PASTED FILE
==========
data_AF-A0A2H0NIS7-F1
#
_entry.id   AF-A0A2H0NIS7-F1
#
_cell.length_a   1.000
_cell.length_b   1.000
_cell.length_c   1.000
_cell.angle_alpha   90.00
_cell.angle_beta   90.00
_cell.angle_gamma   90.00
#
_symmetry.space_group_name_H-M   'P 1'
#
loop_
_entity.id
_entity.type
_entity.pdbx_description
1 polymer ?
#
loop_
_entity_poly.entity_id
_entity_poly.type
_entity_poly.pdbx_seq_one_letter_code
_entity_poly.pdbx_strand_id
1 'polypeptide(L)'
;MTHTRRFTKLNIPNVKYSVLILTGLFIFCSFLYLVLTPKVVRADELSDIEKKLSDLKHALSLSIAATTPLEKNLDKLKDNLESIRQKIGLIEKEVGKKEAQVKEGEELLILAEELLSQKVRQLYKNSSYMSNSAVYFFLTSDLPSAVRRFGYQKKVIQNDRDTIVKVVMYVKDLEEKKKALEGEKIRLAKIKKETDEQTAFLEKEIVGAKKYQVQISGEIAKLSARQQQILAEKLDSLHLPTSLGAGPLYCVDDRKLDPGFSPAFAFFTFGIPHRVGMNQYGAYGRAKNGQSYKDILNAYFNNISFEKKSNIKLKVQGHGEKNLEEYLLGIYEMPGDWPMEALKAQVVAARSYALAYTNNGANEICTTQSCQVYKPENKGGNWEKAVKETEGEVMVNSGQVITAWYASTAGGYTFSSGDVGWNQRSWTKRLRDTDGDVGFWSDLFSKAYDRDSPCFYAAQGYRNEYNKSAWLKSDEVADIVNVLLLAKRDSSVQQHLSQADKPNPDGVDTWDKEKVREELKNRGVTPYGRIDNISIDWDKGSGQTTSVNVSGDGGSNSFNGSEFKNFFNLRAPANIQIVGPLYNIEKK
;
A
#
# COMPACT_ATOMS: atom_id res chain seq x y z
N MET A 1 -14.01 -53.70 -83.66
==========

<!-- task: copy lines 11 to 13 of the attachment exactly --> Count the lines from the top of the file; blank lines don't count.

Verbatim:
#
_symmetry.space_group_name_H-M   'P 1'
#